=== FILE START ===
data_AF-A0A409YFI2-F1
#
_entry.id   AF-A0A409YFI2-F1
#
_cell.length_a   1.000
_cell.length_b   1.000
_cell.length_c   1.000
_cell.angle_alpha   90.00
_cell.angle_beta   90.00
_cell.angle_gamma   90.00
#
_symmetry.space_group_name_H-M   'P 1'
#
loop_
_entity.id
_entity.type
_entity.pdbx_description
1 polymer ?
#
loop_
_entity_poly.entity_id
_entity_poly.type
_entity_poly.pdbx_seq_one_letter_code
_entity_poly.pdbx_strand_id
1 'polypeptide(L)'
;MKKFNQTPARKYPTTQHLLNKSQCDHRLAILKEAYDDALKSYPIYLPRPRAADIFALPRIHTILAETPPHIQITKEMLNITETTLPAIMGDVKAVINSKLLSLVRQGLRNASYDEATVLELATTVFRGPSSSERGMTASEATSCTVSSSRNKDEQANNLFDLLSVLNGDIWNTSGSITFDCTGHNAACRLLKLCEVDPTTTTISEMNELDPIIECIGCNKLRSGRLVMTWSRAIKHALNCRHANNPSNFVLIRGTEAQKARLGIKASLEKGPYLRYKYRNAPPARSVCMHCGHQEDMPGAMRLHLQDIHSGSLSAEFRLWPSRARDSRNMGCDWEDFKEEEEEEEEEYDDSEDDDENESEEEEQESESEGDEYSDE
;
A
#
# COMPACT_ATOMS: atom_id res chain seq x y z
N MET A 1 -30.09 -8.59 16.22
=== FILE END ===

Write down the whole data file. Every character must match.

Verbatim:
data_AF-A0A409YFI2-F1
#
_entry.id   AF-A0A409YFI2-F1
#
_cell.length_a   1.000
_cell.length_b   1.000
_cell.length_c   1.000
_cell.angle_alpha   90.00
_cell.angle_beta   90.00
_cell.angle_gamma   90.00
#
_symmetry.space_group_name_H-M   'P 1'
#
loop_
_entity.id
_entity.type
_entity.pdbx_description
1 polymer ?
#
loop_
_entity_poly.entity_id
_entity_poly.type
_entity_poly.pdbx_seq_one_letter_code
_entity_poly.pdbx_strand_id
1 'polypeptide(L)'
;MKKFNQTPARKYPTTQHLLNKSQCDHRLAILKEAYDDALKSYPIYLPRPRAADIFALPRIHTILAETPPHIQITKEMLNITETTLPAIMGDVKAVINSKLLSLVRQGLRNASYDEATVLELATTVFRGPSSSERGMTASEATSCTVSSSRNKDEQANNLFDLLSVLNGDIWNTSGSITFDCTGHNAACRLLKLCEVDPTTTTISEMNELDPIIECIGCNKLRSGRLVMTWSRAIKHALNCRHANNPSNFVLIRGTEAQKARLGIKASLEKGPYLRYKYRNAPPARSVCMHCGHQEDMPGAMRLHLQDIHSGSLSAEFRLWPSRARDSRNMGCDWEDFKEEEEEEEEEYDDSEDDDENESEEEEQESESEGDEYSDE
;
A
#
# COMPACT_ATOMS: atom_id res chain seq x y z
N MET A 1 -30.09 -8.59 16.22